Judge Huvelle indicated in a hearing on July 16 that she was considering ordering that Mr. Jawad be returned to Afghanistan. That created a politically awkward situation for the Obama administration, which has faced sharp criticism from Republicans for its plan to close the Guantánamo prison. It potentially meant that the administration would be required to transfer a detainee charged with trying to kill American servicemen.

After conceding that it could no longer detain Jawad at Guantanamo as a military detainee, the government told Judge Huvelle that it intends to detain Jawad at Guantanamo as a criminal suspect.

The filing indicated that the government planned to continue to hold Mr. Jawad at Guantánamo “at an appropriate camp facility,” evidently until a decision on whether to transfer him to the United States for prosecution.

How conveeeenient for the government. Not so much for Jawad. Let's hope Judge Huvelle has none of it.

Judge Huvelle could still issue an order directing that Mr. Jawad be released to Afghanistan. But such an order would encounter many hurdles. Congress recently passed legislation requiring that it receive 15 days’ notice before any such transfer, which could give the administration the time necessary to charge Mr. Jawad in an American court.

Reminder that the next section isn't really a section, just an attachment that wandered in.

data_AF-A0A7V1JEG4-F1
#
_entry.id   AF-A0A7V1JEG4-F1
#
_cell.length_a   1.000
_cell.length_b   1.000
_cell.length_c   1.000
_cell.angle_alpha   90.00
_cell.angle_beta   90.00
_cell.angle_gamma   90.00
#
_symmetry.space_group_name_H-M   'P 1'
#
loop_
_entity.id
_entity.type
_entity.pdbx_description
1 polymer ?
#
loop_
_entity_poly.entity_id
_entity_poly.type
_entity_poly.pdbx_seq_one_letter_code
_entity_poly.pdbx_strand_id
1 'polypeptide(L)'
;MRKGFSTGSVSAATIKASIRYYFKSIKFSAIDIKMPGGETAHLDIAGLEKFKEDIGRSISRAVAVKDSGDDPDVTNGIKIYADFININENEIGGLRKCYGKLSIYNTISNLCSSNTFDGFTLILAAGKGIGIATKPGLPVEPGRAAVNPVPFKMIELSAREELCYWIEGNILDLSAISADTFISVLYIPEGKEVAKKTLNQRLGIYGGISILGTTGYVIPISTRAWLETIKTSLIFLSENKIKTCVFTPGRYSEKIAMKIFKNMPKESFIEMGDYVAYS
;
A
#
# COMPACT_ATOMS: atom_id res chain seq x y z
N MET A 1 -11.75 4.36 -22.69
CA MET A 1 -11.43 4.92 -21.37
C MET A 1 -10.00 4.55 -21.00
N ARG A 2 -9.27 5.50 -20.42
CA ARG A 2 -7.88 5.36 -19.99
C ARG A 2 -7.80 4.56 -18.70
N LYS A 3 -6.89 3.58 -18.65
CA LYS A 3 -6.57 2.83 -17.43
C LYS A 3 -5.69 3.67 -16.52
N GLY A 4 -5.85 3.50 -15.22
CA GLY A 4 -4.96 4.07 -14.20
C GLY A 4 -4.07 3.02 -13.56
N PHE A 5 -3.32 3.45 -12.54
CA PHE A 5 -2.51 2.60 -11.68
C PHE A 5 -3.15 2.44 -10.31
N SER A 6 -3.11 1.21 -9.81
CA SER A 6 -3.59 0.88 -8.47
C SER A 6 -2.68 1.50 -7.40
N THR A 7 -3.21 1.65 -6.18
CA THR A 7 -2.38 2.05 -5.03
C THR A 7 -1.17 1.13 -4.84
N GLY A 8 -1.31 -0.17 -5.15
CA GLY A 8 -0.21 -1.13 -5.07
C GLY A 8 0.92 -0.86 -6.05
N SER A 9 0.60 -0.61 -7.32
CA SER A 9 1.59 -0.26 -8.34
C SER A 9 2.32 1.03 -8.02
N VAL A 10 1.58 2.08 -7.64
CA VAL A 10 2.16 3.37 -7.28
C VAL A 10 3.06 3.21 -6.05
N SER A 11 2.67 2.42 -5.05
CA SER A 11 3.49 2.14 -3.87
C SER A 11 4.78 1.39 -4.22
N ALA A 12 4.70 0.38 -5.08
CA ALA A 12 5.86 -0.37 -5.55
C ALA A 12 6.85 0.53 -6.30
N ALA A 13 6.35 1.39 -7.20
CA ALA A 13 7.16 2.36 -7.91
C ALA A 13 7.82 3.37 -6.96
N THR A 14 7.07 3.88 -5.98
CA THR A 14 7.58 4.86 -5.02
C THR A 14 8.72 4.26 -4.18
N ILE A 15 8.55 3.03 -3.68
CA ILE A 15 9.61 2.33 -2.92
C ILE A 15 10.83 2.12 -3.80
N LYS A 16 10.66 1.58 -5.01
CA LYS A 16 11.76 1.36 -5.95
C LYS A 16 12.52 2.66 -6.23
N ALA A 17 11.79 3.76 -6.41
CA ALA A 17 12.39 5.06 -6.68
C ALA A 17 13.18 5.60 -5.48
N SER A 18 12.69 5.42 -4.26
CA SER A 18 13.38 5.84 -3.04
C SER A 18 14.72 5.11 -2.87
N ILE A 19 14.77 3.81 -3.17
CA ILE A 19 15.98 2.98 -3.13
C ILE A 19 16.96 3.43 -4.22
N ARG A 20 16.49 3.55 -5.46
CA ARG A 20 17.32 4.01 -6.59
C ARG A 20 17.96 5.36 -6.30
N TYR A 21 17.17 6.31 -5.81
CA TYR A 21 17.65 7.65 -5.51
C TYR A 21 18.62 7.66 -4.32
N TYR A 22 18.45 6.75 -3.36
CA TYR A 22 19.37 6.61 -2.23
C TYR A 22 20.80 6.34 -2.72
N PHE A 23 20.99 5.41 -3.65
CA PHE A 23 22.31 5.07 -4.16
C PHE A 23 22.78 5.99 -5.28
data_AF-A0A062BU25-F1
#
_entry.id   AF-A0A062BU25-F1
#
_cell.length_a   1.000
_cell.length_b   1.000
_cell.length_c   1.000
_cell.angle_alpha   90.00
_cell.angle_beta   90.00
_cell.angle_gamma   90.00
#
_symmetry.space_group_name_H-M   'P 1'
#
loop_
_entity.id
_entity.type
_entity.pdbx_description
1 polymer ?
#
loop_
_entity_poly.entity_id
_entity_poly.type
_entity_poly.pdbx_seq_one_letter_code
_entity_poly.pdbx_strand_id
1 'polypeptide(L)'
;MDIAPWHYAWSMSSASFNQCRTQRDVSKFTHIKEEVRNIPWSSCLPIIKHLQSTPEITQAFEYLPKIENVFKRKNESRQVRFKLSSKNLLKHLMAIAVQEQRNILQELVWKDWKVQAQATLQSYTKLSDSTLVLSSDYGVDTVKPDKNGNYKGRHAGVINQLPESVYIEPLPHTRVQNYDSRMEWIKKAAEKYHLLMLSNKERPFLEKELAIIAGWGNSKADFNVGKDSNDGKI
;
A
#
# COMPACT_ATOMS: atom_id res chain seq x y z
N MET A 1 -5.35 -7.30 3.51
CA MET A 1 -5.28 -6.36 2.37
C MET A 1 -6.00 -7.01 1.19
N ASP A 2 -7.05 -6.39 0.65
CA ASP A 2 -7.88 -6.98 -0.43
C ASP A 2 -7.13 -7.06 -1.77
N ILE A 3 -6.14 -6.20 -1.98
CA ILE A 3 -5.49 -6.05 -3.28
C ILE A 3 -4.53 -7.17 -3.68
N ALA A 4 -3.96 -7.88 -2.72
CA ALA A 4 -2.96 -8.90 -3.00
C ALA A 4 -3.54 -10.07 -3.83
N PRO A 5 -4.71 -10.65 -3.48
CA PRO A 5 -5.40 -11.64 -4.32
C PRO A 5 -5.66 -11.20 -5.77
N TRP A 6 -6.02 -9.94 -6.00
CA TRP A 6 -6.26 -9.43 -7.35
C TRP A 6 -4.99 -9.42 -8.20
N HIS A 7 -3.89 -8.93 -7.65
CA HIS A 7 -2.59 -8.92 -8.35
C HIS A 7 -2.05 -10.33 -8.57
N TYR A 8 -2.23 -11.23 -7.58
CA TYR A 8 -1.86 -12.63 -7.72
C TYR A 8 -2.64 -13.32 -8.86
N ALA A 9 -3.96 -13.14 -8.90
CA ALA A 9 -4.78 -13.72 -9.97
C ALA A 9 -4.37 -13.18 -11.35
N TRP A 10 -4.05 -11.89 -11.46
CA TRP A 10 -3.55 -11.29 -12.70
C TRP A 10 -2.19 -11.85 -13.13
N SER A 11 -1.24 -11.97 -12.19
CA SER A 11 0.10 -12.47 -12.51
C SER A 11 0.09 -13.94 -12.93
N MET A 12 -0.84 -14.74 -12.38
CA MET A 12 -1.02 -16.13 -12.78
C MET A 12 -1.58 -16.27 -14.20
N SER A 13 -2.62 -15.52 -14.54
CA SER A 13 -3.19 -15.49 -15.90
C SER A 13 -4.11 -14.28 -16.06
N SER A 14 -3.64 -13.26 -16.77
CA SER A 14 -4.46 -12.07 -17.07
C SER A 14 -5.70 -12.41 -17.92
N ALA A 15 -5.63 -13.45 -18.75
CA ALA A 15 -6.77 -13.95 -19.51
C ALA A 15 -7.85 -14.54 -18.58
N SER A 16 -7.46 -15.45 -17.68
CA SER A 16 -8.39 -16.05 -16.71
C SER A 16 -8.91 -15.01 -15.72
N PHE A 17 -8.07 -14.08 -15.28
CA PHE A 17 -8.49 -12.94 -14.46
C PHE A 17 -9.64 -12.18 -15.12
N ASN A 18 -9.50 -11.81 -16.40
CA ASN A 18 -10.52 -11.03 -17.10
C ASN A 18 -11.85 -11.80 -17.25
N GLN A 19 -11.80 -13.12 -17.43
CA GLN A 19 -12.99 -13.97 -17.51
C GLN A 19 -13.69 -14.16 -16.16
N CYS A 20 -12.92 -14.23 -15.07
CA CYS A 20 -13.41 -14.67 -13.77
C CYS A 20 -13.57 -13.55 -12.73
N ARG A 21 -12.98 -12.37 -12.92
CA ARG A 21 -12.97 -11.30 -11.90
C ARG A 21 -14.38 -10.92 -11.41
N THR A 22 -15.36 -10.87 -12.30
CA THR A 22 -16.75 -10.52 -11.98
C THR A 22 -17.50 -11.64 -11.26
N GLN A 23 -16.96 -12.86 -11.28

Of course, charging Jawad in an American court implies that Jawad would have to stand trial within the nation's borders, giving Republicans (and cowed Democrats) another opportunity to advance the specious claim that a young man like Jawad can't be safely detained anywhere within the United States without jeopardizing the nation's security. This might seem like a "no win" situation to the Obama administration and congressional Democrats, but justice isn't about winning in the court of public perception. It's about doing the right thing. Jawad has been tortured and abused during his seven years of captivity, and it's impossible to believe that his guilt at this late date can be proved beyond a reasonable doubt. The right thing is to send him home.

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    If we're talking federal criminal process now ... (5.00 / 1) (#2)
    by Peter G on Sun Jul 26, 2009 at 05:20:28 PM EST
    ... then isn't Jawad an alleged juvenile delinquent, not a criminal suspect?

    Isn't he now entitled to a preliminary appearance before a US Magistrate Judge "without unnecessary delay" for the appointment of counsel and the setting of bail?